THE PEOPLE’S PERVERT ON BEING AN INSIDER
Pink Flamingos. Those two words ought to bring to mind one of two images, the first being those god awful lawn ornaments that are prevalent in so many white trash neighborhoods, and the second being the perverted, yet groundbreaking film which was written, and directed by the legendary John Waters. Recently, John was invited to give the commencement speech for the Rhode Island School of Design’s 2015 Graduating Class, and in typical John Waters form, he gave a speech that was both intellectually challenging, emboldening, and debauched all at the same time.
Baltimore, Maryland, has had a dubious reputation as of late, but what many people may not be aware of is that it developed a separate dubious reputation in the late sixties, and seventies due to the antics, and films of Waters. Born on April 22nd, 1946, John Samuel Waters Junior slithered into the world, and brought with him, in his own words, “an inherent sense of filthiness” that would grow to become is hallmark in the world of cinema. (Waters 101) Although he enrolled, and briefly attended New York University, John Waters’ true calling was found in 1962 when he received an 8mm camera from his grandmother. Starting with Hag In a Black Leather Jacket, John progressively weaseled his way into the mainstream by ways of movies like Pink Flamingos, and Hairspray, and in doing so has continually pushed the envelope in regards to what is considered acceptable in what is more often than not, an utterly repressed society who’s scared, shocked, and offended by literally every little thing. (Editors)
It seems to be with startling frequency that there is a shocking amount of disingenuity in regards to speakers at commencement ceremonies. The Valedictorian is almost always “that” kind of man or woman, and the keynote speakers have a tendency of being totally unrelatable, even if they’re supposed to be. (I mean, come on, Matt Damon?) This is not the case with John Waters, and he makes that perfectly clear in the opening paragraphs of his impressive, yet wildly unheralded speech to the Rhode Island Grads. He says, and I quote:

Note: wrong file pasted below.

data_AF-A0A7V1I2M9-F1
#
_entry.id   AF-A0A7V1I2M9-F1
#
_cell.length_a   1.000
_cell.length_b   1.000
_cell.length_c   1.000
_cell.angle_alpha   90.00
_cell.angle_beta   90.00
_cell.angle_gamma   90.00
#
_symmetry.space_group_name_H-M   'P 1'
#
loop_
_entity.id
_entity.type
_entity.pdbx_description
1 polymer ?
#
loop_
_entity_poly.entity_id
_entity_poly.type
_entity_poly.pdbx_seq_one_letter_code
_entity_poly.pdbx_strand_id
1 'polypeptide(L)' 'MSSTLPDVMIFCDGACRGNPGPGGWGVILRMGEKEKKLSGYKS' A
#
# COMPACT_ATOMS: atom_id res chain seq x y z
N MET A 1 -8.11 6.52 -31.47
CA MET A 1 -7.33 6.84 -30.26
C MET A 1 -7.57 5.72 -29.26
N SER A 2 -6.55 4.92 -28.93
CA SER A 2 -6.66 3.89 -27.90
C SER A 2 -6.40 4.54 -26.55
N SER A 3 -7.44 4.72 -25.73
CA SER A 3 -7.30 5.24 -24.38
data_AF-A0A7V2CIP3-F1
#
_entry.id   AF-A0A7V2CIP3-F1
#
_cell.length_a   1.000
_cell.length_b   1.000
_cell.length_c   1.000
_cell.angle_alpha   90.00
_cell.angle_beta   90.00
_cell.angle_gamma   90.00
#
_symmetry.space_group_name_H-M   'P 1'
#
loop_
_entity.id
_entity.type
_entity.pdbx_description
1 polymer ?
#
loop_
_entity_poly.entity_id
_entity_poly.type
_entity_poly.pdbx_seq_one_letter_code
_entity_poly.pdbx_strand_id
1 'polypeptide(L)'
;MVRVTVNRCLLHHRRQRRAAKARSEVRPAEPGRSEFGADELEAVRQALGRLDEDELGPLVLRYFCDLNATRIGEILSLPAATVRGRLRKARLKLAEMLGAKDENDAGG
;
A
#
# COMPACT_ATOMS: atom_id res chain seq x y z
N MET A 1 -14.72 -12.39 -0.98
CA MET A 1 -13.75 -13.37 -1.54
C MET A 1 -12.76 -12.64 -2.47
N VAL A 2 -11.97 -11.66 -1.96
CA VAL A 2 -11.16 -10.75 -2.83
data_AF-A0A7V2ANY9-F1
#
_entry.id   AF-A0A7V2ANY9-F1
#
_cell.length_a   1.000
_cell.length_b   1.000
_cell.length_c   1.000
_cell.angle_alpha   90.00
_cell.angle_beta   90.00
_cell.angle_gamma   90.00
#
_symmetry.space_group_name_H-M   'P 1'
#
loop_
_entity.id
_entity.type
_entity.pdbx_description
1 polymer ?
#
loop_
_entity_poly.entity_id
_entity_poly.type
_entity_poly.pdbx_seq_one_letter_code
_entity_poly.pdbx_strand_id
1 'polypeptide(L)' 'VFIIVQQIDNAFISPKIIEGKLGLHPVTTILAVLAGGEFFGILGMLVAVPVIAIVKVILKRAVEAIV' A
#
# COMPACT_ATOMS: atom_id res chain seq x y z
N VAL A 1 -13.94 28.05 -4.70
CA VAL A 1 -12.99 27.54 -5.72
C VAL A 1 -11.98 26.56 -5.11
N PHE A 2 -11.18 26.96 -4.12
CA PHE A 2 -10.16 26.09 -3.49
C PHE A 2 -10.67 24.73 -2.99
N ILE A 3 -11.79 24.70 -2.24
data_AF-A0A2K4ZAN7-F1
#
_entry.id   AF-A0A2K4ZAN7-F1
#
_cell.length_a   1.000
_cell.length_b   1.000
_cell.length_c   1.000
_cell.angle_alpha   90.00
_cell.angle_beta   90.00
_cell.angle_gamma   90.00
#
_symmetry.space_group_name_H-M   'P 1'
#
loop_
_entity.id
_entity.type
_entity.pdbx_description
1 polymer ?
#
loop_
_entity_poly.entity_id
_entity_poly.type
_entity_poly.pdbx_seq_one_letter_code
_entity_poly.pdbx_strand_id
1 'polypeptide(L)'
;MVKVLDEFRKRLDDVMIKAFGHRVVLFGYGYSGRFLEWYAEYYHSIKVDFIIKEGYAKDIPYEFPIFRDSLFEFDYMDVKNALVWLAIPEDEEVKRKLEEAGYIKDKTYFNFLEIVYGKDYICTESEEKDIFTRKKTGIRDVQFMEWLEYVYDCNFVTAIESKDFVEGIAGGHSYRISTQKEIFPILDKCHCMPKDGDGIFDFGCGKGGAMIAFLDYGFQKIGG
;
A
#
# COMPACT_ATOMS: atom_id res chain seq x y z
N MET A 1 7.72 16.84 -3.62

I should say right off that I am really qualified to be your commencement speaker. I was suspended from high school, then kicked out of college for the first marijuana scandal ever on a university campus. I’ve been arrested several times. I’ve been known to dress in ludicrous fashions. I’ve also built a career out of negative reviews, and have been called “the prince of puke” by the press. And most recently a title I’m really proud of: “the People’s Pervert.” I am honored to be here today, with my people. (Graduation)
Of all the things John Waters would go on to say in his speech, this is the statement that ought to sell the reader or listener that John is in fact just one of us, albeit one of us who happens to be suitably, filthy rich, and in doing so he inherently validates the entire rest of the speech to every audience who listens to him whether they are aware of his work or not. He further bolsters this appeal to the every-man by admitting that the only reason he worked as hard as he did at what he loved is so that he wouldn’t have to “go work for somebody else”. (Graduation)
One of the things about this speech that ought to be noted is that there is a distinct lack of cognizance of statistical data, and imperial fact with the exception of the amount of money lent to Waters by his father to produce Pink Flamingos. While some may view this as a shortcoming, the fact that John relies entirely on his personal connectivity with the audience, coupled with resounding ideas, and concepts that tap into the spirit of the listeners, makes him and his speech an unmitigated success, numbers be damned.